We all make mistakes, of course. So it is easy to understand why Sepp Blatter is feeling a little rueful this weekend after confessing it was a bit of a blunder to hand the hosting of the 2022 World Cup to Qatar. "One comes across a lot of mistakes in life," said the Fifa president. Obviously it passed these people by that the desert state is insanely hot in summer; presumably they were dazzled by its reputation as a footballing powerhouse.
Any 10-year-old kicking a ball in the park could see that handing the world's greatest sporting event to Qatar was daft. Its summer-day temperatures seldom fall below 40C and given the stench of corruption, the failure to keep promises and the enduring idiocy of the idea, the event should be sent elsewhere; we do have the precedent of Colombia giving up on holding the 1986 tournament.
Perhaps the best response came in a series of wittily sarcastic tweets from Gary Lineker: "Imagine the shock at Fifa HQ when... someone spotted that Qatar's a tad warm in the summer." More pertinently, he presumed the 78-year-old soccer chief would be composing his resignation letter. In fact, the admission appeared to be re-election campaign tactics, designed to undermine his main rival, Michel Platini, who backed the Qatari bid.
Platini is the useless Uefa president who wrecked the European Championships by greedily inflating a superb event to 24 teams, and so increasing the risk of boring games and making it almost harder not to qualify. He wants to do the same to the World Cup. Sadly, as seen with the latest scandal embroiling our domestic football chiefs, the beautiful game has an ugly ability to attract silly administrators.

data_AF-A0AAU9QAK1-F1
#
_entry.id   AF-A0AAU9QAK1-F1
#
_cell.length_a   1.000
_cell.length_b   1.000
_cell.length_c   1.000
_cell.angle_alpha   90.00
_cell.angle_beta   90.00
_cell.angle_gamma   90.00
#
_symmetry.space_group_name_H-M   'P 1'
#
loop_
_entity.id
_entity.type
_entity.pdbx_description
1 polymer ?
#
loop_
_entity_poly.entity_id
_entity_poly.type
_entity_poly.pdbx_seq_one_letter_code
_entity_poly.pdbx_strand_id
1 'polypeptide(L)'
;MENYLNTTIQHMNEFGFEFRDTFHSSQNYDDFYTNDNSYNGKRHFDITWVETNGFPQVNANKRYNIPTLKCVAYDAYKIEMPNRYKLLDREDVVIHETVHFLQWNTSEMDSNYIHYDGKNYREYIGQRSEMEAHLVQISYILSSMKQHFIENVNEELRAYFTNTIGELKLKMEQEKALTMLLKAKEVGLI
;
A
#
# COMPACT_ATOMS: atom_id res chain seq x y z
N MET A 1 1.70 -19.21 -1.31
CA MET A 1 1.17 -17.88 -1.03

There should be no question that the Premier League should sack Richard Scudamore, its overpaid chief executive, after the discovery that he sends smutty and sexist emails. This should be unacceptable in any modern organisation, let alone in a sport promoting itself to women. As the head of the Football Association inclusion advisory board Heather Rabbatts said yesterday, that with success and public interest comes an obligation to behave responsibility.
Yet the FA symbolises the strange sickness at the heart of this sport. It is only a decade since it was ensnared in sleazy stories of sexual harassment. Yet even its latest chairman, the previously admirable Greg Dyke, seems to have been infected; just look at his absurd proposals for Premier League B teams and protectionism against foreign players. If he wants to improve English football, he should improve coaching not ban Yeovil Town from hiring players from abroad.
From awarding a World Cup to Qatar to sending stupid emails, the people running football display unique talent for scoring own goals. Maybe we should kick them all out and start again.